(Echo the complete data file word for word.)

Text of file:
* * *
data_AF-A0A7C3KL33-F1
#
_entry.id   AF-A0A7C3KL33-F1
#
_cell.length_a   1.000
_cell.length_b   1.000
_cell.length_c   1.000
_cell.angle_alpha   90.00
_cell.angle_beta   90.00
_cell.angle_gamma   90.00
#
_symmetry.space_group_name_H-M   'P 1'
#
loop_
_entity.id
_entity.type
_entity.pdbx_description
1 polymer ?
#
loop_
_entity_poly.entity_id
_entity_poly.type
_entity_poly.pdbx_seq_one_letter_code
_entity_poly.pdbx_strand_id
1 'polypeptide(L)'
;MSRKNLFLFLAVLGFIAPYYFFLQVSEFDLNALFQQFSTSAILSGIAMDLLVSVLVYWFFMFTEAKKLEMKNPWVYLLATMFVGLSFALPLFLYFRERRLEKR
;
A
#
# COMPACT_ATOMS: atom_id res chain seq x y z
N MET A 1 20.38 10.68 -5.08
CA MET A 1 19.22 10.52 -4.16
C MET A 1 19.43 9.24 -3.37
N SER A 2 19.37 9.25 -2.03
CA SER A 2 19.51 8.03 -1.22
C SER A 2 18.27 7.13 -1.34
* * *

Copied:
data_AF-A0A7C3KL33-F1
#
_entry.id   AF-A0A7C3KL33-F1
#
_cell.length_a   1.000
_cell.length_b   1.000
_cell.length_c   1.000
_cell.angle_alpha   90.00
_cell.angle_beta   90.00
_cell.angle_gamma   90.00
#
_symmetry.space_group_name_H-M   'P 1'
#
loop_
_entity.id
_entity.type
_entity.pdbx_description
1 polymer ?
#
loop_
_entity_poly.entity_id
_entity_poly.type
_entity_poly.pdbx_seq_one_letter_code
_entity_poly.pdbx_strand_id
1 'polypeptide(L)'
;MSRKNLFLFLAVLGFIAPYYFFLQVSEFDLNALFQQFSTSAILSGIAMDLLVSVLVYWFFMFTEAKKLEMKNPWVYLLATMFVGLSFALPLFLYFRERRLEKR
;
A
#
# COMPACT_ATOMS: atom_id res chain seq x y z
N MET A 1 20.38 10.68 -5.08
CA MET A 1 19.22 10.52 -4.16
C MET A 1 19.43 9.24 -3.37
N SER A 2 19.37 9.25 -2.03
CA SER A 2 19.51 8.03 -1.22
C SER A 2 18.27 7.13 -1.34